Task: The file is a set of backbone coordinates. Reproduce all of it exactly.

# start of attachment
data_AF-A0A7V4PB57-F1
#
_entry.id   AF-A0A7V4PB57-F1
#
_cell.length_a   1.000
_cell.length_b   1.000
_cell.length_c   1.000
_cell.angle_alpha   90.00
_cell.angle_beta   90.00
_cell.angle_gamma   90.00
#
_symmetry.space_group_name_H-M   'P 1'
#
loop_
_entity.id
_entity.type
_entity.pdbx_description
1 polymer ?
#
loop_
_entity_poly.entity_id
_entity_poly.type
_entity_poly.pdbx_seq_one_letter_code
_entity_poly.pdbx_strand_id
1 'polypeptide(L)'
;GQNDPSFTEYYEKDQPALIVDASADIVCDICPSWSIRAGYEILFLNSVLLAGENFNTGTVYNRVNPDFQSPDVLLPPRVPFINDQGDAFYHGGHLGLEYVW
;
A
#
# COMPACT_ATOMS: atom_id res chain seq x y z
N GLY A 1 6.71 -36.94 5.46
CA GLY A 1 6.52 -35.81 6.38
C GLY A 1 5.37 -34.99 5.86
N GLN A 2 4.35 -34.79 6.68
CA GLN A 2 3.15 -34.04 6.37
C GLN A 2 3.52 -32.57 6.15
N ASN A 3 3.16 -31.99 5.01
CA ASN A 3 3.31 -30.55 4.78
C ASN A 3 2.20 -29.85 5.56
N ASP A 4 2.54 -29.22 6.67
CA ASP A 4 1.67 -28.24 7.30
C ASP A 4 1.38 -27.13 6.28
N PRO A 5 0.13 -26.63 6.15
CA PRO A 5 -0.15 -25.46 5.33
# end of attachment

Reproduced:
data_AF-A0A7V4PB57-F1
#
_entry.id   AF-A0A7V4PB57-F1
#
_cell.length_a   1.000
_cell.length_b   1.000
_cell.length_c   1.000
_cell.angle_alpha   90.00
_cell.angle_beta   90.00
_cell.angle_gamma   90.00
#
_symmetry.space_group_name_H-M   'P 1'
#
loop_
_entity.id
_entity.type
_entity.pdbx_description
1 polymer ?
#
loop_
_entity_poly.entity_id
_entity_poly.type
_entity_poly.pdbx_seq_one_letter_code
_entity_poly.pdbx_strand_id
1 'polypeptide(L)'
;GQNDPSFTEYYEKDQPALIVDASADIVCDICPSWSIRAGYEILFLNSVLLAGENFNTGTVYNRVNPDFQSPDVLLPPRVPFINDQGDAFYHGGHLGLEYVW
;
A
#
# COMPACT_ATOMS: atom_id res chain seq x y z
N GLY A 1 6.71 -36.94 5.46
CA GLY A 1 6.52 -35.81 6.38
C GLY A 1 5.37 -34.99 5.86
N GLN A 2 4.35 -34.79 6.68
CA GLN A 2 3.15 -34.04 6.37
C GLN A 2 3.52 -32.57 6.15
N ASN A 3 3.16 -31.99 5.01
CA ASN A 3 3.31 -30.55 4.78
C ASN A 3 2.20 -29.85 5.56
N ASP A 4 2.54 -29.22 6.67
CA ASP A 4 1.67 -28.24 7.30
C ASP A 4 1.38 -27.13 6.28
N PRO A 5 0.13 -26.63 6.15
CA PRO A 5 -0.15 -25.46 5.33